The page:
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Biodiversity credits: He aha ō whakaaro?

We want to hear whenua Māori landowners’ views on a biodiversity credit system, a proposed policy designed to incentivise the protection of indigenous wildlife and habitat.

The Government is currently exploring what a biodiversity credit system might look like in Aotearoa.

We want to make sure the voices of whenua Māori landowners are included at this early stage, when there is still potential to shape the policy.

Te Tumu Paeroa is often asked to give feedback on policy proposals, and we are particularly interested in this proposed policy, as the Māori Trustee administers a number of blocks which have significant biodiversity on them, such as wetlands or forests.

If you’d like to share your whakaaro on biodiversity credits, and how it might affect your land, please email [email protected] by October 6.

There is more information is below, or on the Ministry for the Environment website.

What is a biodiversity credit?

Biodiversity credits are a type of ‘green financing’. They can be used to encourage and facilitate private investment in protecting the environment.

The credits are measurable and traceable units representing projects or activities to protect, restore or enhance indigenous biodiversity. Some are tradeable. They recognise, in a consistent way, projects and activities that bring ‘nature-positive’ outcomes for biodiversity.

By selling credits, people and organisations can finance environmental projects and activities.

Buyers can then claim credit for their contribution to nature-positive actions and outcomes related to the protection, restoration and enhancement of indigenous biodiversity on public and private land.

What is a biodiversity credit system?

Landowners earn biodiversity credits by having projects or activities on their land which protect, restore or enhance indigenous biodiversity. Other entities, such as companies or charities, then ‘buy’ the credits.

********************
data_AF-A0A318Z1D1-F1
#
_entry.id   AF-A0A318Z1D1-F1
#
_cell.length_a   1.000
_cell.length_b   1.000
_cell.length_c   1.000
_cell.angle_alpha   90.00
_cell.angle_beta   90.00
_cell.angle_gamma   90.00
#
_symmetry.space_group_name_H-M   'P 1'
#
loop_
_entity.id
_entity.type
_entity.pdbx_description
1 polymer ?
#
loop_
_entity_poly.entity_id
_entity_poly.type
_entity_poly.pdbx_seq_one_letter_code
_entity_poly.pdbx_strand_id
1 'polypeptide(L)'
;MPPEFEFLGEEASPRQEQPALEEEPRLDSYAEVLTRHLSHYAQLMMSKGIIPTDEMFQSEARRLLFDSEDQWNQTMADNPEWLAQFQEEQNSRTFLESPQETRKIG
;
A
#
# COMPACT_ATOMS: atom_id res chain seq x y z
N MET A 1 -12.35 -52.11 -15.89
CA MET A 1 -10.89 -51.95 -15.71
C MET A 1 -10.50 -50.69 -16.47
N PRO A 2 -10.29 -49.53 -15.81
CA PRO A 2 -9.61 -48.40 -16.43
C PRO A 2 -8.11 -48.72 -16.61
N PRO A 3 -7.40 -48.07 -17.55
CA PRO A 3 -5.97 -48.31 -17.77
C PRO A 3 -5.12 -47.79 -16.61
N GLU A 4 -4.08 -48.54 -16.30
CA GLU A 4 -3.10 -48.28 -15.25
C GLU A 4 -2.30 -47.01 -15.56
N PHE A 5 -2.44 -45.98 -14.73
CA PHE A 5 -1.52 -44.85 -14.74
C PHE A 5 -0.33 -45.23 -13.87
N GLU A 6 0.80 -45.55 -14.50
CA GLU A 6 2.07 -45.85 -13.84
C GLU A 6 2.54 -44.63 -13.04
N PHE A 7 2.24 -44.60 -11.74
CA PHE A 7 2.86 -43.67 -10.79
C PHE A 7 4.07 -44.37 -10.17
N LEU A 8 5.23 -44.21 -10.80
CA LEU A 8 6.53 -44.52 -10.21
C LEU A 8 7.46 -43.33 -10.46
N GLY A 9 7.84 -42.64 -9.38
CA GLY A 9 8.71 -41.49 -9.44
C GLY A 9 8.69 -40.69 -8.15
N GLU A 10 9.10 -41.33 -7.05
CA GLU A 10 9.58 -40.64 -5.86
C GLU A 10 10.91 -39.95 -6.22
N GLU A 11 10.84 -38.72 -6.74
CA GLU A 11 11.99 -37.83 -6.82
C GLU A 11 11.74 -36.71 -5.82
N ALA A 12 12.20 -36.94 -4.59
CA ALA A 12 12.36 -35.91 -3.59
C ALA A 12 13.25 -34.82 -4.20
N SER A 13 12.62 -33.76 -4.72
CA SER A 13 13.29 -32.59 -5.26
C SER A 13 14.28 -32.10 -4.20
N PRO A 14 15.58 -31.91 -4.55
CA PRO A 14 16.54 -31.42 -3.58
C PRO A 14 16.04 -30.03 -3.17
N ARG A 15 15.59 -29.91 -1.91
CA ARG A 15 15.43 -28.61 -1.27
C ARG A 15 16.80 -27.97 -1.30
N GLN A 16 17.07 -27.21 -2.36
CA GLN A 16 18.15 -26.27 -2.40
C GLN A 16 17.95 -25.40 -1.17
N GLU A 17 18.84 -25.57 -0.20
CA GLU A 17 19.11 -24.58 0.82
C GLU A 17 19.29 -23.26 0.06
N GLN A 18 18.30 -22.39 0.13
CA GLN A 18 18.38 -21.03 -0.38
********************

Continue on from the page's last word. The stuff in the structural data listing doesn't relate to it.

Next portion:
Projects or activities that could earn credits might include the restoration of indigenous forest, wetlands, connecting wildlife corridors or creating buffer zones near protected habitats.

A biodiversity credit system (BCS) provides the policy framework and processes enable the creation, buying and selling of, and claims made about biodiversity credits.

How would it affect whenua Māori?

A biodiversity credit system could support Māori in their role as kaitiaki and benefit whenua Māori:

  • It could be a potential source of income from the land if, for example, the land was suitable for restoration.
  • It could create employment opportunities in the rohe, for example, if pest or weed control was needed.
  • It could increase the resilience of the land to extreme weather events or ongoing issues such as erosion by, for example, being planted with native trees.

However, whether or not these benefits are realised would depend on the design of the system.  For example, if the credits could only be earned for new activities rather than the protection of existing natural features.

What’s the consultation on specifically?

It’s about the design of a biodiversity credit system, and what role the government would play in regulating it. It is still a proposal at this stage, rather than definite. But it’s important we give feedback on how it would affect whenua Māori now, before the details are decided. We would really value input from landowners.

If you’d like to have pātai on the proposals, you can email [email protected]. If you're ready to give feedback, you can do so directly via the Ministry for the Environment, see more on their website



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